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January 1, 2015

A capital storm


January 1, 2015


A near-perfect storm is now swirling around capital punishment in Pakistan where a seven-year old moratorium has recently been lifted in the wake of the Peshawar tragedy. The EU is against the decision, being an ardent supporter of abolishing capital punishment globally. In accordance with a 2008 report, 137 countries had abolished death penalty in law or in practice while the US, Iran, China, Saudi Arabia and Pakistan retained it and accounted for 88 percent of the world’s executions.
In an indirect manner, some political parties in the country are also whipping up opposition through objections to the government’s current efforts to institute military courts through an amendment to the constitution for speedy justice. It is not difficult to see that such resistance is not so much out of deference to human rights or any consideration for the constitution of Pakistan, but out of fear that a combination of speedy trials and lifting of moratorium would adversely affect their politics which so far have had a strong streak of violence.
The EU position is understandable; it saw Pakistan as a country on the ‘cusp’ of abolishing the death penalty when former president Asif Ali Zardari imposed a ban on executions in 2008. Recent developments have reversed that status. The EU had invested much effort with the Zardari regime through political arm twisting through the European Instrument for Democracy and Human Right (EIDHR), matched by its mechanism of funding through the European Commission. But Zardari was confused; on the one hand the government was imposing a moratorium on capital punishment and at the same time promulgating the Prevention of Electronic Crimes Ordinance which included ‘cyber terrorism’ in the list of offences warranting the death penalty.
In countries where the death penalty situation is still in flux, EU has been striving for adherence to minimum international standards – imposing capital punishment only for the most serious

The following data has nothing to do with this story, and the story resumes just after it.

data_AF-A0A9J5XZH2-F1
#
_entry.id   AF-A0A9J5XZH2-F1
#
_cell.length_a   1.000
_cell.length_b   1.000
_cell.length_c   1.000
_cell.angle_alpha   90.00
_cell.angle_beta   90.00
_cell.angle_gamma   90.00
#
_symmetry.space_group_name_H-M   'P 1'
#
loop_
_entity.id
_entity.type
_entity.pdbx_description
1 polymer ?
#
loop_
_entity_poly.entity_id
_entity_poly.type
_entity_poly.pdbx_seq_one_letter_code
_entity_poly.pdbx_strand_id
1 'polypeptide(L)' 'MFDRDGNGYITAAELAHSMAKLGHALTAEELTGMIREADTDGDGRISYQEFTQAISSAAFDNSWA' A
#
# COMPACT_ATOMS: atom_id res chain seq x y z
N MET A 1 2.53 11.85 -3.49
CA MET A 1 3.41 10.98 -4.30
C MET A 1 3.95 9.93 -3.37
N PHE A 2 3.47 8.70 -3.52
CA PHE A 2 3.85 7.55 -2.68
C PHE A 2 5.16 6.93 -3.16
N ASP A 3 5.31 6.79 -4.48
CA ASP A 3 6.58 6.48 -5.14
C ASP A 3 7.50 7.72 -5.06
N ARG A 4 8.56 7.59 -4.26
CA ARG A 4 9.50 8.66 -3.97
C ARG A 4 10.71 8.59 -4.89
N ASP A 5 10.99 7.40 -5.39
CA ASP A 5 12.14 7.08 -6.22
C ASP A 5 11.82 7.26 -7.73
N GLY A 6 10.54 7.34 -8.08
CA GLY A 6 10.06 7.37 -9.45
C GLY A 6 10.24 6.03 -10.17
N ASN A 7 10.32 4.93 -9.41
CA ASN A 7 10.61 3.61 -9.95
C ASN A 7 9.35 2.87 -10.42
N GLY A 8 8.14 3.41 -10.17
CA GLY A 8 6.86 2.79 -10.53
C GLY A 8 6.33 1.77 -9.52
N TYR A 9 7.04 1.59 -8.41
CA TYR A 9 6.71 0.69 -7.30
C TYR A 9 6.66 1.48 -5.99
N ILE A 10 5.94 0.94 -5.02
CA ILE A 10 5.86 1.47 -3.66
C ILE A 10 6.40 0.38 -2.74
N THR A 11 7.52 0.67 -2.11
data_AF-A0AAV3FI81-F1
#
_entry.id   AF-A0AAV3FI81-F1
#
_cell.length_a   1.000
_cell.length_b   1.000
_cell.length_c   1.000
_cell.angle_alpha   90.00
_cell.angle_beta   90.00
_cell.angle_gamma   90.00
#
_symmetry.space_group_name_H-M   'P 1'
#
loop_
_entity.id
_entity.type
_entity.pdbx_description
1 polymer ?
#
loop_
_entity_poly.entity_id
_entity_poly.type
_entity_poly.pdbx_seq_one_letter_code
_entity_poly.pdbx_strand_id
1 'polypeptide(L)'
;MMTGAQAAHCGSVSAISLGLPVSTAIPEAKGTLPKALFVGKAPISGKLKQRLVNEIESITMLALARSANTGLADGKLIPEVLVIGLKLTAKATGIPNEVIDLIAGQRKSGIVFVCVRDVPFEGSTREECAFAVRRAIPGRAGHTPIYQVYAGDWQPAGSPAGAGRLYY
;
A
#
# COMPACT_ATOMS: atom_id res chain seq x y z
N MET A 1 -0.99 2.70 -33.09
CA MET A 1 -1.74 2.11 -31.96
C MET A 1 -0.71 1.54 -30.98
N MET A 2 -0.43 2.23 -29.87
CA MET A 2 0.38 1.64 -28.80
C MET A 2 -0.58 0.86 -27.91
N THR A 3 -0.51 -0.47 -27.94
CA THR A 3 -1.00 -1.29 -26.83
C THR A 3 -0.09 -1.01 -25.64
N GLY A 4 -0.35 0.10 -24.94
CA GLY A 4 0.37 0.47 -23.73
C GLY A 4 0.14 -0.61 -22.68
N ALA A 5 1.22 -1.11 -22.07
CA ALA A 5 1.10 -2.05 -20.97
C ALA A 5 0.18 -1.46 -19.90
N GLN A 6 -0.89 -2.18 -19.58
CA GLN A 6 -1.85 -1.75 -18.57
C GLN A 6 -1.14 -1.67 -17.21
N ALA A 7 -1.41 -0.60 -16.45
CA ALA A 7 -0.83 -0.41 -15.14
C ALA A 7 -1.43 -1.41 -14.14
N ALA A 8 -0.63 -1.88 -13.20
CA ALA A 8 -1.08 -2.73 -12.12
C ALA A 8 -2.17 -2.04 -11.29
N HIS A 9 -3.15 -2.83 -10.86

intentional and violent crimes, not imposing it on anyone less than eighteen years of age, pregnant women, new mothers, or persons with mental disorder. The standard requires a fair trial where the defendant benefits from legal assistance and has recourse to an appeal process. Also every endeavour is made that there is minimum possible suffering while carrying out the punishment.
But it has taken centuries for Europe’s civilisation to arrive at a stage where as a society it considers the death sentence to be cruel, inhuman and irreversible and would like to abolish it for the sake of human dignity and progressive development of human rights. Also historically Europe has used a whole range of very painful methods to inflict death on convicted prisoners which are too gory to be narrated here.
It is audacious to think how a punishment that snuffs out life out of an otherwise perfectly healthy body, can be termed as causing less suffering than another, but certainly there is a difference between hangings as per Pakistan’s jail manuals which bring life to a sudden end as opposed to some of the seemingly sophisticated methods in the west. Earlier this year, Dennis McGuire, who was administered a lethal injection in an Ohio jail writhed in acute and miserable pain for nearly fifteen minutes before breathing his last.
It is also interesting to note that in the past, most of the offences for which the death sentence was awarded in Europe, were minor compared to today’s standards. It is only through a process of evolution that the public mind in Europe accepts interning a mass killer like the Norwegian Anders Breivik on an island for 21 years as punishment for killing 77 innocent lives in 2011 – the highest in Norway for such offences – just over three months for every person killed. Indeed life couldn’t come have cheaper in a society where it is otherwise so valued.